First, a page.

Missile defense proves successful again
The United States successfully tested a sea-based component of its missile defense shield Thursday evening, intercepting a ballistic missile with a dummy warhead over the Pacific Ocean, the U.S. Missile Defense Agency said.Danger Room reports:
The exercise was the 19th successful test in 23 attempts of the system -- known as the Aegis Ballistic Missile Defense Program -- since 2002.
A target missile was fired from Hawaii about 5:40 p.m. (11:40 p.m. ET) and was tracked by Navy ships hundreds of miles away.
The USS Hopper, one of three Navy ships tracking the launch, fired an interceptor missile, which struck the target about 100 miles above the Earth. The process -- from launch to shoot-down -- took less than five minutes, according to the U.S. military.
The United States plans to use the sea-based system on Navy Aegis-class ships to protect against incoming short- to medium-range missiles fired from hostile countries. Eighty-six of the ships eventually will have the capability.
...What the "ascent phase" means means is that it is prior to apogee, (See this graphic.) which assumes the boost phase systems did not work. Other systems target the missile if it makes it though these first two phases. There is more on the system here. Hat tip to Graham for this information and clarification.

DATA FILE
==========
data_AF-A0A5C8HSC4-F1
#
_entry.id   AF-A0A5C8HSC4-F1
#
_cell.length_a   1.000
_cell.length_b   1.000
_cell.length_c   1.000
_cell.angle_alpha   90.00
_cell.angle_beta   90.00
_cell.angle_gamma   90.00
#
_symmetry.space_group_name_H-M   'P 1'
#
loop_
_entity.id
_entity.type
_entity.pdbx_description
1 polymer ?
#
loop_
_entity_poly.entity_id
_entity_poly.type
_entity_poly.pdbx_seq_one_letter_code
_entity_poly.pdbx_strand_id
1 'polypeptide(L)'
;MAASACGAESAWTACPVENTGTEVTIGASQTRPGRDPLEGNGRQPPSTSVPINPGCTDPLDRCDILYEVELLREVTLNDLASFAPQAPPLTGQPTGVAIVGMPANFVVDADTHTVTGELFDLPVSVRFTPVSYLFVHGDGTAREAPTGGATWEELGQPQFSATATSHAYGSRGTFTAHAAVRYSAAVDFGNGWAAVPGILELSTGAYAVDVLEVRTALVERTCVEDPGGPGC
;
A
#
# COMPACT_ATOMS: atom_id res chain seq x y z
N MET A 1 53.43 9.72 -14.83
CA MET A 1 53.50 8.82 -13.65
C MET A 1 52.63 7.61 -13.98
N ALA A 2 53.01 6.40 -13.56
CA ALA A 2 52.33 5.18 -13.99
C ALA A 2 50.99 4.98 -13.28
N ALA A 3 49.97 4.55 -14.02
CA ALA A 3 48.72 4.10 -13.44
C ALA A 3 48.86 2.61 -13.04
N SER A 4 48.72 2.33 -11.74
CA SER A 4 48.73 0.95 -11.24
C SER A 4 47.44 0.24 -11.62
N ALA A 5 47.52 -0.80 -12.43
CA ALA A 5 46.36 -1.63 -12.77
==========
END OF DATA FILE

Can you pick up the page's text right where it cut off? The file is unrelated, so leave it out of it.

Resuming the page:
In a statement, Riki Ellison, the plugged-in chief of the Missile Defense Advocacy Association, said the ARAV “represented a ballistic missile similar in speed, acceleration and burn of the same short range missiles fired by North Korea on July 2nd and 4th of this year.”
Equally important, this was an “ascent phase” shoot-down: According to a Missile Defense Agency news release, the interceptor struck the target 1oo miles above the Pacific Ocean. By Ellison’s count, this is only the second ascent-phase intercept in 23 at-sea firings by the Aegis missile defense system.